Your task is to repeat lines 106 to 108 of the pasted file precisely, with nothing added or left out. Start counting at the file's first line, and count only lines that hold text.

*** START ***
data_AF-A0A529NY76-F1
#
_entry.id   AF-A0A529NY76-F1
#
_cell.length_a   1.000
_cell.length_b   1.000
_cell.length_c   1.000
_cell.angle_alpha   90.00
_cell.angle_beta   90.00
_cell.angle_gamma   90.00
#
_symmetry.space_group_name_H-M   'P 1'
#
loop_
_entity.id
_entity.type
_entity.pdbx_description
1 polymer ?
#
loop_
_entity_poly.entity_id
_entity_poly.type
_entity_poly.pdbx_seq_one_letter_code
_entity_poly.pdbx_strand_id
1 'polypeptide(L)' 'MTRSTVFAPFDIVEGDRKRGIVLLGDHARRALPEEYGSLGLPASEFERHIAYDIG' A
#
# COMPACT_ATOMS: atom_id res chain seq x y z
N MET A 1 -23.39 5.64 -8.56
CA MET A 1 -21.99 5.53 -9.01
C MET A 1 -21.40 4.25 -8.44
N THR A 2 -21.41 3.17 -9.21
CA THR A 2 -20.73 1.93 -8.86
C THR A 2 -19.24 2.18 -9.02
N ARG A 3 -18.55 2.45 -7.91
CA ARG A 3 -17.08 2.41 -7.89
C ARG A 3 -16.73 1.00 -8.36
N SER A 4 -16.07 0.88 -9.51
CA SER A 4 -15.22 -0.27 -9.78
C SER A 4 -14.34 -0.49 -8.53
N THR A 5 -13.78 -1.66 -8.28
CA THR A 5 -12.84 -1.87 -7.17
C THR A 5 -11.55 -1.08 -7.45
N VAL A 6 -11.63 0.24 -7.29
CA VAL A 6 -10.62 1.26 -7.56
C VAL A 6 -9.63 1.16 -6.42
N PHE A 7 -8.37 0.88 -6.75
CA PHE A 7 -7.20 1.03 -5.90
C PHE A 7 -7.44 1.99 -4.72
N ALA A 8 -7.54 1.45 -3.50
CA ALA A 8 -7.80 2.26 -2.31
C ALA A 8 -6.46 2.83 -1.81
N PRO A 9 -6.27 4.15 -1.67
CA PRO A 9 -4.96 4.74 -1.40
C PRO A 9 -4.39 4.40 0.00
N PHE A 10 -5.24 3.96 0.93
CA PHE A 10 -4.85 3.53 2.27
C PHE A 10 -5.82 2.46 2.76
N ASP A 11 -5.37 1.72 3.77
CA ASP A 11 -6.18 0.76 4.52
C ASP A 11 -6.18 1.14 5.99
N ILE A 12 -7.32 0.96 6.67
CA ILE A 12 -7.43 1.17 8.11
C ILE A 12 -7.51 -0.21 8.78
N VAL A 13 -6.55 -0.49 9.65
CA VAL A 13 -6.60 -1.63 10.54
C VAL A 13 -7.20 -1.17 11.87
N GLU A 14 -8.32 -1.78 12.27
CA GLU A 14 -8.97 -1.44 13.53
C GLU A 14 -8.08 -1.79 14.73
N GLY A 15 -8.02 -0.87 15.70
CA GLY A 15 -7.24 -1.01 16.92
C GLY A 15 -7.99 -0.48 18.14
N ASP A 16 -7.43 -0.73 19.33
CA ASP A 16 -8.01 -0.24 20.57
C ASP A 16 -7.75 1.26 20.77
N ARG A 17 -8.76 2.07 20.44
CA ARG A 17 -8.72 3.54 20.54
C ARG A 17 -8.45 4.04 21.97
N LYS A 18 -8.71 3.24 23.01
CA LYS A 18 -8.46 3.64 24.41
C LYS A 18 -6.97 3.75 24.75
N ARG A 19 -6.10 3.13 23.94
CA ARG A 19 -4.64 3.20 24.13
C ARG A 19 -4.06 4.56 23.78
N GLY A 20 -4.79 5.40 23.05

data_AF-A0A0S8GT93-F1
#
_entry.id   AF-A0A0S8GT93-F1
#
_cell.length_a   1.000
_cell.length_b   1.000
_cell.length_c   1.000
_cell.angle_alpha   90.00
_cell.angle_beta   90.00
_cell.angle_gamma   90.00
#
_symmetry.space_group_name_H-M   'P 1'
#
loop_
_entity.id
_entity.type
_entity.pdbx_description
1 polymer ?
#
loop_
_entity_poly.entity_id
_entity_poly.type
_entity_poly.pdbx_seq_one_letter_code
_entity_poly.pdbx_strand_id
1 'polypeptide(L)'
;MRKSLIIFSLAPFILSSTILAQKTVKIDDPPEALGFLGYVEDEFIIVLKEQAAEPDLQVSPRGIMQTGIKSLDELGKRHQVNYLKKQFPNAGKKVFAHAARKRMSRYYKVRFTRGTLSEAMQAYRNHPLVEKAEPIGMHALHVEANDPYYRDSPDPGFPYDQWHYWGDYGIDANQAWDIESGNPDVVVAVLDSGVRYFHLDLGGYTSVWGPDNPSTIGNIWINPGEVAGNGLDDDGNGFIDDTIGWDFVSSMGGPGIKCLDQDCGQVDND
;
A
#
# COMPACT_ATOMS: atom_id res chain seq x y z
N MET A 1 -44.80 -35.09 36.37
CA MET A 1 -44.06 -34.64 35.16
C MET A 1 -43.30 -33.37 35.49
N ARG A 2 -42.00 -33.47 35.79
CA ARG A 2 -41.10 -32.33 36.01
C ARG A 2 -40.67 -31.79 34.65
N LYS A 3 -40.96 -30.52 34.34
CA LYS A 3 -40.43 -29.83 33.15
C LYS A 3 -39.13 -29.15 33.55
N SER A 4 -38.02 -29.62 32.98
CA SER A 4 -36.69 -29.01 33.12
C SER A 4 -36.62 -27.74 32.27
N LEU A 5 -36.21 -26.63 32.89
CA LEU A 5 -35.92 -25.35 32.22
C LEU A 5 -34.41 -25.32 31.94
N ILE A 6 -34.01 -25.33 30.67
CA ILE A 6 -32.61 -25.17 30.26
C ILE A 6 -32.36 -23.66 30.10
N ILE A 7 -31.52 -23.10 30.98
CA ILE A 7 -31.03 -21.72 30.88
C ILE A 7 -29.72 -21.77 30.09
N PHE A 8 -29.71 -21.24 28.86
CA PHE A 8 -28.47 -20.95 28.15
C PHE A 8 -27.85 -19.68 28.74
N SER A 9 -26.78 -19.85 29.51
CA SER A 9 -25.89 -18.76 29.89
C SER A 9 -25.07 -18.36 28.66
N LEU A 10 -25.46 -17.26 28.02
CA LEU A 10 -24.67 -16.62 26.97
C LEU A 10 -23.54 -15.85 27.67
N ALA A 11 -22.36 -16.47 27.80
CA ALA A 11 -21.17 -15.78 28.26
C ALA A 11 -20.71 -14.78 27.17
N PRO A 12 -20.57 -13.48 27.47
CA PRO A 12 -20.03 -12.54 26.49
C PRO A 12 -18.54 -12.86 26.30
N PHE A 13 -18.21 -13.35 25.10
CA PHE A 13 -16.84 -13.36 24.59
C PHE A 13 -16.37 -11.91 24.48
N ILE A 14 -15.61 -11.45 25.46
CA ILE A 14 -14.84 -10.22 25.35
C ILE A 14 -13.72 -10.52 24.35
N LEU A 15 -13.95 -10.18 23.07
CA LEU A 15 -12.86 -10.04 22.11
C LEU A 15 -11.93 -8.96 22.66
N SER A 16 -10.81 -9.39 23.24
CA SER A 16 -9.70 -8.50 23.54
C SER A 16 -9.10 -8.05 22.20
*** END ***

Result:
_entity_poly.entity_id
_entity_poly.type
_entity_poly.pdbx_seq_one_letter_code